Thursday, May 05, 2011

Is Submandibular Gland Transfer a Solution for Xerostomia in Cancer Patients?

The submandibular gland in the submental space. the posterior and inferior borders were outlined with 25-gauge wire to help identify the gland during radiotherapy planning
Photo courtesy of McGill University

For patients suffering from cancer in the mouth or throat, a recent study shows that a treatment called submandibular gland transfer will assist in preventing a radiation-induced condition called xerostomia.

Also known as dry mouth, xerostomia occurs when salivary glands stop working. University of Alberta researcher Jana Rieger likens the feeling of xerostomia to the experience of the after-effects of having surgery and anesthetic - but the feeling is permanent.

While the importance of healthy saliva glands may be an afterthought for some patients when battling cancer, the long-lasting effects create a number of problems for them when they are in remission.

"We need saliva to keep our mouths healthy," said Rieger. "Without saliva, people can lose their teeth, dentures don't fit properly and the ability to swallow and speak is severely altered."

The study conducted by Rieger, a speech language pathologist in the Faculty of Rehabilitation Medicine, looked at functional outcomes - speech changes, swallowing habits and the quality of life of patients with mouth and throat cancers - as they received two different types of treatments prior to and during radiation.

The first group of patients underwent the submandibular gland transfer. This method was pioneered by Hadi Seikaly and Naresh Jha at the University of Alberta in 1999. The transfer involves moving the saliva gland from under the angle of the jaw to under to the chin. Prior to this procedure, the saliva gland was in line for the radiation. Seikaly says, "Most patients, when they are cured from cancer, complain of one major thing: dry mouth."
Here is a 2006 paper (Pdf) that shows some promise for the procedure as well.



Radiation-induced xerostomia is a significant morbidity of radiation therapy in the
management of patients with head and neck cancers. We have recently reported a method of transfer of one submandibular gland to the submental space in a small pilot series of eligible surgical patients.
The submental space was shielded during postoperative radiation therapy. The transferred gland continued to function after the completion of radiation therapy and none of the patients developed xerostomia. The purpose of this article is to present the technique of submandibular gland transfer in detail and to evaluate the postoperative survival and function of the transferred submandibular glands.


Prospective clinical trial.


The submandibular gland was transferred on eligible patients as part of their surgical intervention. The patients were followed clinically, with salivary flow and radioisotope studies.


We performed the surgical transfer of the submandibular salivary gland in 24 of 25 patients placed on the protocol. All the glands survived transfer and functioned well postoperatively as demonstrated on the salivary flow and the radioisotope studies. The surgical transfer was relatively simple and added 45 minutes to the surgical procedure. There were no complications attributed to the submandibular gland transfer.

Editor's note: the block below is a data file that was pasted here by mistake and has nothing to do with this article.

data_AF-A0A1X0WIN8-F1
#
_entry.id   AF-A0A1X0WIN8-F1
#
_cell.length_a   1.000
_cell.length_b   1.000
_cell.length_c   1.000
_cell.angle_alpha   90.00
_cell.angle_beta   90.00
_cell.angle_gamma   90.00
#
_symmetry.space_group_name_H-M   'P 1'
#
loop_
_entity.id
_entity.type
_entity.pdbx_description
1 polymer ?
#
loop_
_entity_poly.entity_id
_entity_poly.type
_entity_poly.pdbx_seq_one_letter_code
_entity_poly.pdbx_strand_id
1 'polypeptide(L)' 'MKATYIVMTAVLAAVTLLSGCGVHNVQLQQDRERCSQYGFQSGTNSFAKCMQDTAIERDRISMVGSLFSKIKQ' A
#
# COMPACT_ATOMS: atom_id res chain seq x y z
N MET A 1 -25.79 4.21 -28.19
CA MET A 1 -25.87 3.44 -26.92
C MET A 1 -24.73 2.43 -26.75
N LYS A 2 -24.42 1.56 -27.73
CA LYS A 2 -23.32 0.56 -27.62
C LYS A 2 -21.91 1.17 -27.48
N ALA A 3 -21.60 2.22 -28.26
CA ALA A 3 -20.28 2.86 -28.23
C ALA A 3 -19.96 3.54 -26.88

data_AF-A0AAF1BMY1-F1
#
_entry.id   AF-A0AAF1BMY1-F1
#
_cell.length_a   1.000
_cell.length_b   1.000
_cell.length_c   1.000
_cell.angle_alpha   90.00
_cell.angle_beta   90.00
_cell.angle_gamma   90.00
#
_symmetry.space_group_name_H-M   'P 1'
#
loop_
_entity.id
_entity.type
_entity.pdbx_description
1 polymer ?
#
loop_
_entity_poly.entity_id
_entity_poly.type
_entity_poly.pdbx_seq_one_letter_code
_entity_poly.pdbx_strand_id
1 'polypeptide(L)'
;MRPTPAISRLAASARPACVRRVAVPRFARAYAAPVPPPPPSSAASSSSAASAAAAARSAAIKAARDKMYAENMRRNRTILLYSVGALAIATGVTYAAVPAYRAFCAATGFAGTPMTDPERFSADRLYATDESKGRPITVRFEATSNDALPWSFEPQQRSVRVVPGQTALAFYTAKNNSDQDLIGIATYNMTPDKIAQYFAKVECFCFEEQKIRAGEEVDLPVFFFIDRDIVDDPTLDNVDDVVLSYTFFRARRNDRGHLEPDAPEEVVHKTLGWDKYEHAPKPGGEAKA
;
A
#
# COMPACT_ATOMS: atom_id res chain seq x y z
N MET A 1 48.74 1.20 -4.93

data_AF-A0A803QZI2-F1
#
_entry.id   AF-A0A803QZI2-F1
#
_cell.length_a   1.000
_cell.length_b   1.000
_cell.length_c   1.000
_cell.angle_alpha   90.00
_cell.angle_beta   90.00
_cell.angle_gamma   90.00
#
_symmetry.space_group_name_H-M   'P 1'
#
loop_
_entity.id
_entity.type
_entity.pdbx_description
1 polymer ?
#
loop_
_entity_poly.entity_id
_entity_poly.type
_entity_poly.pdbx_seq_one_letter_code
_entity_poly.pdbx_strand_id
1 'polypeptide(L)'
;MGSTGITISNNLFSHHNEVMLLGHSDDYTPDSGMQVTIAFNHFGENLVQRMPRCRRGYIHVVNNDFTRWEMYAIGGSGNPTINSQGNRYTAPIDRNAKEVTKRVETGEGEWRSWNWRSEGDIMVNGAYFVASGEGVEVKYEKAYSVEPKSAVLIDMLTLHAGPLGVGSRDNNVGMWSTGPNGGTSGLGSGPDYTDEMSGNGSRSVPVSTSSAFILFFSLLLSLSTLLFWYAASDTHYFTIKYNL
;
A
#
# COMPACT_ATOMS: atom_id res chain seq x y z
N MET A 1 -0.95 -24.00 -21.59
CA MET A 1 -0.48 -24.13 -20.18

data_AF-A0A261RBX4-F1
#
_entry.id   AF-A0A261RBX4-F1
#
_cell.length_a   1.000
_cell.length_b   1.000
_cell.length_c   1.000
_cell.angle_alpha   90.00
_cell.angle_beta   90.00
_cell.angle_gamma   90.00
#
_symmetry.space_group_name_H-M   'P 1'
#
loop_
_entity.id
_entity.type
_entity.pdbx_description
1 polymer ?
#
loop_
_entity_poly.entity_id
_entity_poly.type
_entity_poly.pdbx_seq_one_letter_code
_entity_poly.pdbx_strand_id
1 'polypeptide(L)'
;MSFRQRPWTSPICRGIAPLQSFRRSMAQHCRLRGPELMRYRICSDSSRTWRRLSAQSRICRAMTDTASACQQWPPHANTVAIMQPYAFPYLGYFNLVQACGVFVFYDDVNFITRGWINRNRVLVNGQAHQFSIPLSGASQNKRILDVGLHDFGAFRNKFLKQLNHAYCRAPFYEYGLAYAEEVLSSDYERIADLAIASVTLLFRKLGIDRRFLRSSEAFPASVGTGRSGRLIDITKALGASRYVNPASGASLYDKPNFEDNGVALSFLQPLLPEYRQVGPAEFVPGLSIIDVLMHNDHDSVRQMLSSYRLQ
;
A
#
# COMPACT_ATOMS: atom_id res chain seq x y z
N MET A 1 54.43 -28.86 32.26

We have successfully demonstrated that the submandibular gland can be surgically transferred to the submental space with its function preserved. The gland seems to continue functioning even after radiation therapy with the appropriate shielding. This surgical transfer procedure has the potential to change the way we currently manage patients with head and neck cancer.

[PubMed - indexed for MEDLINE]
But, there is a non-surgical approach, as well - the oral drug Salagen (Pilocarpine).
The second group in the study took the oral drug salagen. Rieger says, "Studies have shown in the past that if this drug was taken during radiation, it might protect the cells in the salivary glands."

According to the study findings, both groups had the same results in terms of being able to speak properly but where the main difference was in swallowing. The group taking the drug had more difficulty.

Rieger said, "This group needed to swallow more, and it took a longer time to get food completely out of their mouth and into the esophagus. Because they had trouble eating, they may become nutritionally comprised."

This leads to a host of other problems. Dry mouth causes one to drink large volumes of water, which leads to numerous trips to the bathroom. Difficulty swallowing causes issues with eating food while it's still hot and it takes the patients a long time to complete a meal.

As a result of these problems, Rieger found the quality life for most patients decreased significantly. "People suffering from xerostomia no longer want to go out eat and be in social settings. Consuming water to quench dry mouth means they have difficulty in getting a good night's sleep. Some become depressed and avoid going out." Based on this study, the authors hope to encourage patients to have the submandiublar gland transfer as a preventative treatment for xerostomia prior to radiation for mouth and throat cancers.
Here is a lnk to Dr. Jana Rieger's paper.

Quality of life is very important for cancer patients. If this surgical procedure, can restore salivary flow, then it is well worth the discomfort of surgery.

Functional assessment outcomes are essential for cancer patients as they weigh their treatment options.

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